How Do I Know If I Have Diabetes
Work through a series of simple questions designed to deduce whether you’re showing the common symptoms of diabetes.
Can’t see the quiz?
Diabetes is on the rise, with 4.6 million adults currently diagnosed with the condition in the UK alone, according to Diabetes UK. Around 10% of sufferers have type 1 diabetes – an autoimmune condition in which the body stops producing insulin. However, 90% of cases are type 2 diabetes, usually caused by poor diet and lifestyle choices .
Yellow Reddish Or Brown Patches On Your Skin
This skin condition often begins as small raised solid bumps that look like pimples. As it progresses, these bumps turn into patches of swollen and hard skin. The patches can be yellow, reddish, or brown.
You may also notice:
- The surrounding skin has a shiny porcelain-like appearance
- You can see blood vessels
- The skin is itchy and painful
- The skin disease goes through cycles where it is active, inactive, and then active again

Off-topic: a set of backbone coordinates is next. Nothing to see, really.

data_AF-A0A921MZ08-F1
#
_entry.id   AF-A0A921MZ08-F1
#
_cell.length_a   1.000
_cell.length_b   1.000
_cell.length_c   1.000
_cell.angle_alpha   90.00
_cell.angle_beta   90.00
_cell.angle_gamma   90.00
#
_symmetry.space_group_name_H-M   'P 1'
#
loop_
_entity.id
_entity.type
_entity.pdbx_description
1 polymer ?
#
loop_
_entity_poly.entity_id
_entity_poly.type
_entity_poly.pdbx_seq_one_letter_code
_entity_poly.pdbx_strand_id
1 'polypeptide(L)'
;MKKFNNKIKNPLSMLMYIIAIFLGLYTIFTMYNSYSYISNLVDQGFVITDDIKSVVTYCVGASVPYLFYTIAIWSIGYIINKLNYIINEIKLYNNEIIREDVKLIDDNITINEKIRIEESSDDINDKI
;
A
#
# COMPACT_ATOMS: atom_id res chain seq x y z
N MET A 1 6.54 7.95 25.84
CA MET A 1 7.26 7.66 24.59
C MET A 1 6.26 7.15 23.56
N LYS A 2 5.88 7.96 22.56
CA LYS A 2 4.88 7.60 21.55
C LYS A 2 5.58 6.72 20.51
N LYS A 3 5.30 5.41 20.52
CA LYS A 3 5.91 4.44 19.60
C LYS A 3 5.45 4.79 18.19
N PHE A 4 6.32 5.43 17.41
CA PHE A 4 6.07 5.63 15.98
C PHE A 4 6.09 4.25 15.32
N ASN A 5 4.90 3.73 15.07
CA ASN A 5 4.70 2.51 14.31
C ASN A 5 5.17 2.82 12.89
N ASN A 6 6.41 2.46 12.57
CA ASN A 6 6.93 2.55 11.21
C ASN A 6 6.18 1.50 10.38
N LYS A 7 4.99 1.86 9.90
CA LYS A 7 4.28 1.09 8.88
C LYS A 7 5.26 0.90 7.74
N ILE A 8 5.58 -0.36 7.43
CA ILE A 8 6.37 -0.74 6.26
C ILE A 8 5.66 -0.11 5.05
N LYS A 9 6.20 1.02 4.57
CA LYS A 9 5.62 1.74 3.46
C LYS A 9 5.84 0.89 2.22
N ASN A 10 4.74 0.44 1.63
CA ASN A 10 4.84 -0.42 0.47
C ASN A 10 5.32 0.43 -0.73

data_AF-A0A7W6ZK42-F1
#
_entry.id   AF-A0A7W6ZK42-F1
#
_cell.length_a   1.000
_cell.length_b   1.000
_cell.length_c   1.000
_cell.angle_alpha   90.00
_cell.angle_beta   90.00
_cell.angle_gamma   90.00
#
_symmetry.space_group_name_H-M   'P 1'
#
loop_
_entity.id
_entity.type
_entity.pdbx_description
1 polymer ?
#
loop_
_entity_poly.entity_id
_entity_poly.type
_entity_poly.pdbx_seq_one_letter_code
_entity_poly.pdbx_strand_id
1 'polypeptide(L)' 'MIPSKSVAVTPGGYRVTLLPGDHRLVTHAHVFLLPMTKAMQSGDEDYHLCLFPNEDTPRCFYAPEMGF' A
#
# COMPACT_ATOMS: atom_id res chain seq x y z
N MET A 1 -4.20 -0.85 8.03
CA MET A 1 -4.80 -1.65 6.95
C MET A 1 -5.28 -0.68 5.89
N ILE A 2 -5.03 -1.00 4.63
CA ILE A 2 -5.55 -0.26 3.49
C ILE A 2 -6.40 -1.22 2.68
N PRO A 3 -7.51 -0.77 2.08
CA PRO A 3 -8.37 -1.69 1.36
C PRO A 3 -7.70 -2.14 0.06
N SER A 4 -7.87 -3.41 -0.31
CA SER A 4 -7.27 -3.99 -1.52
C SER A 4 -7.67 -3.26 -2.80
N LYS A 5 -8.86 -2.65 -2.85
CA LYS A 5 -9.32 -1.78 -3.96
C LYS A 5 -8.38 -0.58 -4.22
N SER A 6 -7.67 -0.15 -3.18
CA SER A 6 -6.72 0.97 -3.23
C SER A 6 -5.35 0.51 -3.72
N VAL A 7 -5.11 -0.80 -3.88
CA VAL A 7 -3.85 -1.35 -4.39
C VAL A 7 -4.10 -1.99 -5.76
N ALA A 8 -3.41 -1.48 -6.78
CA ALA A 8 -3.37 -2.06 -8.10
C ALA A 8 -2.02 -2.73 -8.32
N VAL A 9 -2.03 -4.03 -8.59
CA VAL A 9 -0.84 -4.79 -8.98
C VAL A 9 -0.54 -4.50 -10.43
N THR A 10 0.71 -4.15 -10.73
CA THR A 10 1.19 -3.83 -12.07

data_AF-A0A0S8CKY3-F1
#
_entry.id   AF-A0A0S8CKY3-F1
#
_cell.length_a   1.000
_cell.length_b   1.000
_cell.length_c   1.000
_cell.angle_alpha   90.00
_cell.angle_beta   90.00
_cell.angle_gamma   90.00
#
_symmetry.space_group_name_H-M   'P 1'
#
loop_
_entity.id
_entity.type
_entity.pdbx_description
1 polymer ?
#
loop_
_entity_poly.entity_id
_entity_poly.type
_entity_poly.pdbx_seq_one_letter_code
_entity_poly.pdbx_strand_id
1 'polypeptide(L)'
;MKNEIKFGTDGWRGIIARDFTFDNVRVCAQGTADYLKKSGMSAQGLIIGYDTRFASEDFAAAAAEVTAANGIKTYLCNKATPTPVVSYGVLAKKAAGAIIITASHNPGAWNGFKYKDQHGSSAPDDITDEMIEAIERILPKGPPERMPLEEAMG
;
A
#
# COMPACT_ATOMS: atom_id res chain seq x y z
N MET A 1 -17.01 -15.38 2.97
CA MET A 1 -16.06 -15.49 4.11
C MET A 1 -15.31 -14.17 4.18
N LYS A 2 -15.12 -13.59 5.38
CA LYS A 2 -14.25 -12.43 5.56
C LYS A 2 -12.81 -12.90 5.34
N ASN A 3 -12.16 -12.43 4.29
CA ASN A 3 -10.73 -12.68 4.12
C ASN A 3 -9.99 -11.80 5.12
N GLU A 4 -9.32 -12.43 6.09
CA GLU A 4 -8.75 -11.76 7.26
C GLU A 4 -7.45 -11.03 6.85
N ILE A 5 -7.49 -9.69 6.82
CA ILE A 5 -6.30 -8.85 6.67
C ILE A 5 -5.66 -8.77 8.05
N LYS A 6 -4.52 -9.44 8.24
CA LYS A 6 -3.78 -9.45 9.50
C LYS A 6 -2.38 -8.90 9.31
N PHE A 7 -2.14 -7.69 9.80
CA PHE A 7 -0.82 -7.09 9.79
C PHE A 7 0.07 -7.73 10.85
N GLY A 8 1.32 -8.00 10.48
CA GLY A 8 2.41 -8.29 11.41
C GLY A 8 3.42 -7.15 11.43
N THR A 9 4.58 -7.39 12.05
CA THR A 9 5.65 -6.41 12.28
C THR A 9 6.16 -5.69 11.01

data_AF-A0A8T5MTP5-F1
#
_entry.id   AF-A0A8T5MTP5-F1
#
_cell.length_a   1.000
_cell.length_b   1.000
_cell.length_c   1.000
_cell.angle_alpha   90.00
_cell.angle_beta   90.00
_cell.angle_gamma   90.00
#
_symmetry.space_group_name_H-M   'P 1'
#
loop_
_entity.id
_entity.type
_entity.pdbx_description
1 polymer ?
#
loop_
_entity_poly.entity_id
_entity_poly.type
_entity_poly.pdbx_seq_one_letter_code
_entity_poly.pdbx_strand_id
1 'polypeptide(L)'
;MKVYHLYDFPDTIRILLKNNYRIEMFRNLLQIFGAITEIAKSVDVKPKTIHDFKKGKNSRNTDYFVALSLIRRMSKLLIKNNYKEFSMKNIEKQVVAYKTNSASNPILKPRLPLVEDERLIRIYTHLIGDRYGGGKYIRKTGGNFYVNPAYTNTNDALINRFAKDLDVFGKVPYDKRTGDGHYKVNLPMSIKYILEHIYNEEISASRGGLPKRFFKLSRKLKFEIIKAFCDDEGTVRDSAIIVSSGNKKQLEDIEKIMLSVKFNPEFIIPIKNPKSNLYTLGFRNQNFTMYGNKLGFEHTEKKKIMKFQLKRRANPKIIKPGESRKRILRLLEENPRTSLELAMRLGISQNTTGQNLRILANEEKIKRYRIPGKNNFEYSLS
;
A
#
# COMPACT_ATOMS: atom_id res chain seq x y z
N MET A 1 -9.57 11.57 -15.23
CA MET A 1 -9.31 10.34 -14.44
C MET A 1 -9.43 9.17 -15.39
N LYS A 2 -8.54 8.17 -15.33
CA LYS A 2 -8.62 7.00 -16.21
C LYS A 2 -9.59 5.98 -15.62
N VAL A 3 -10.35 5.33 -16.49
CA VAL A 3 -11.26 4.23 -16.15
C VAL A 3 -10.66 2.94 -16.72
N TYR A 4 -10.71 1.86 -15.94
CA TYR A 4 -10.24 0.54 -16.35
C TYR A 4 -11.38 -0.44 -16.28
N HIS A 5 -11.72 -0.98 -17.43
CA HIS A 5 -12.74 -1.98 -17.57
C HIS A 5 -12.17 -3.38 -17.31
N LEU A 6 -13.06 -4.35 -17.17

- Get tested for diabetes, if you have not been diagnosed.
- Work with your doctor to better control your diabetes.
- See a dermatologist about your skin. Necorbiosis lipodica is harmless, but it can lead to complications.
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What Is Continuous Glucose Monitoring
Advancements in technology have given us another way to monitor glucose levels. Continuous glucose monitoring uses a tiny sensor inserted under your skin. You don’t need to prick your finger. Instead, the sensor measures your glucose and can display results anytime during the day or night. Ask your healthcare provider about continuous glucose monitors to see if this is an option for you.